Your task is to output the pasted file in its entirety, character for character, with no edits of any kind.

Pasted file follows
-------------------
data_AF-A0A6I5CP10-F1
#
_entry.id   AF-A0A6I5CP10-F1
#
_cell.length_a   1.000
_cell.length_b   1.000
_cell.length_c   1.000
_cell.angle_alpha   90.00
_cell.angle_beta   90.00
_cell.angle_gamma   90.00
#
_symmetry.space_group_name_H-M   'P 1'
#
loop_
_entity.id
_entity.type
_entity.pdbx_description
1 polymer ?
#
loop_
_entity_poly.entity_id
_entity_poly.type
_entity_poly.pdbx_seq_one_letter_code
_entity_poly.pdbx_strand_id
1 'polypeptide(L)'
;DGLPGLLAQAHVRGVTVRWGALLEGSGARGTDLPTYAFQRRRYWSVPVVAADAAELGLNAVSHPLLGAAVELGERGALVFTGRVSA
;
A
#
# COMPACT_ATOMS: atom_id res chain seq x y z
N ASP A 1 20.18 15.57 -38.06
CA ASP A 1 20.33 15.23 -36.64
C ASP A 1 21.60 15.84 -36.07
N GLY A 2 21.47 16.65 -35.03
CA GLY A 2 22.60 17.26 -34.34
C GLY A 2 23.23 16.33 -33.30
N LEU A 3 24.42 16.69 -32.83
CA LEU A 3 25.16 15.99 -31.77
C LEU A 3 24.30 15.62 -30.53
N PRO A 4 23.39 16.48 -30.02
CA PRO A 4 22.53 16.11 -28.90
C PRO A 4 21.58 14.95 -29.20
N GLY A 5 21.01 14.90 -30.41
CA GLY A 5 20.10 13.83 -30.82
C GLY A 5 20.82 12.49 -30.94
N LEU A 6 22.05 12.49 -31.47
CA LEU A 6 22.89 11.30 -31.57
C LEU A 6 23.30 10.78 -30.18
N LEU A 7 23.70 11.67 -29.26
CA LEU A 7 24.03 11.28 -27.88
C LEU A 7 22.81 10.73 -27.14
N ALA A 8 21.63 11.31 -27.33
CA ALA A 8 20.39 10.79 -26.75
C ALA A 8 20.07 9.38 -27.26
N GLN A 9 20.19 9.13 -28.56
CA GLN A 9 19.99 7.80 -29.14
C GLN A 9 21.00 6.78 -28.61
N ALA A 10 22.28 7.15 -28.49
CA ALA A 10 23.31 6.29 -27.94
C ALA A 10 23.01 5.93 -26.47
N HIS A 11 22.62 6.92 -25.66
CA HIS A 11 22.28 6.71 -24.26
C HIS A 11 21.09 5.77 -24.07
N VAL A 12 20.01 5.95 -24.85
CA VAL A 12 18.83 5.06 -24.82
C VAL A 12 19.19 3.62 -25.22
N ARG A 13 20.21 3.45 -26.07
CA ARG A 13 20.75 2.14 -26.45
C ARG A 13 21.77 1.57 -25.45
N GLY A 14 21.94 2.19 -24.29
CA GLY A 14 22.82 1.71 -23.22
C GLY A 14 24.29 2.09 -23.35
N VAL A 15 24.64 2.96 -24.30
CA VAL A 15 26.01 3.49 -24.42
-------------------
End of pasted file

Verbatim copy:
data_AF-A0A6I5CP10-F1
#
_entry.id   AF-A0A6I5CP10-F1
#
_cell.length_a   1.000
_cell.length_b   1.000
_cell.length_c   1.000
_cell.angle_alpha   90.00
_cell.angle_beta   90.00
_cell.angle_gamma   90.00
#
_symmetry.space_group_name_H-M   'P 1'
#
loop_
_entity.id
_entity.type
_entity.pdbx_description
1 polymer ?
#
loop_
_entity_poly.entity_id
_entity_poly.type
_entity_poly.pdbx_seq_one_letter_code
_entity_poly.pdbx_strand_id
1 'polypeptide(L)'
;DGLPGLLAQAHVRGVTVRWGALLEGSGARGTDLPTYAFQRRRYWSVPVVAADAAELGLNAVSHPLLGAAVELGERGALVFTGRVSA
;
A
#
# COMPACT_ATOMS: atom_id res chain seq x y z
N ASP A 1 20.18 15.57 -38.06
CA ASP A 1 20.33 15.23 -36.64
C ASP A 1 21.60 15.84 -36.07
N GLY A 2 21.47 16.65 -35.03
CA GLY A 2 22.60 17.26 -34.34
C GLY A 2 23.23 16.33 -33.30
N LEU A 3 24.42 16.69 -32.83
CA LEU A 3 25.16 15.99 -31.77
C LEU A 3 24.30 15.62 -30.53
N PRO A 4 23.39 16.48 -30.02
CA PRO A 4 22.53 16.11 -28.90
C PRO A 4 21.58 14.95 -29.20
N GLY A 5 21.01 14.90 -30.41
CA GLY A 5 20.10 13.83 -30.82
C GLY A 5 20.82 12.49 -30.94
N LEU A 6 22.05 12.49 -31.47
CA LEU A 6 22.89 11.30 -31.57
C LEU A 6 23.30 10.78 -30.18
N LEU A 7 23.70 11.67 -29.26
CA LEU A 7 24.03 11.28 -27.88
C LEU A 7 22.81 10.73 -27.14
N ALA A 8 21.63 11.31 -27.33
CA ALA A 8 20.39 10.79 -26.75
C ALA A 8 20.07 9.38 -27.26
N GLN A 9 20.19 9.13 -28.56
CA GLN A 9 19.99 7.80 -29.14
C GLN A 9 21.00 6.78 -28.61
N ALA A 10 22.28 7.15 -28.49
CA ALA A 10 23.31 6.29 -27.94
C ALA A 10 23.01 5.93 -26.47
N HIS A 11 22.62 6.92 -25.66
CA HIS A 11 22.28 6.71 -24.26
C HIS A 11 21.09 5.77 -24.07
N VAL A 12 20.01 5.95 -24.85
CA VAL A 12 18.83 5.06 -24.82
C VAL A 12 19.19 3.62 -25.22
N ARG A 13 20.21 3.45 -26.07
CA ARG A 13 20.75 2.14 -26.45
C ARG A 13 21.77 1.57 -25.45
N GLY A 14 21.94 2.19 -24.29
CA GLY A 14 22.82 1.71 -23.22
C GLY A 14 24.29 2.09 -23.35
N VAL A 15 24.64 2.96 -24.30
CA VAL A 15 26.01 3.49 -24.42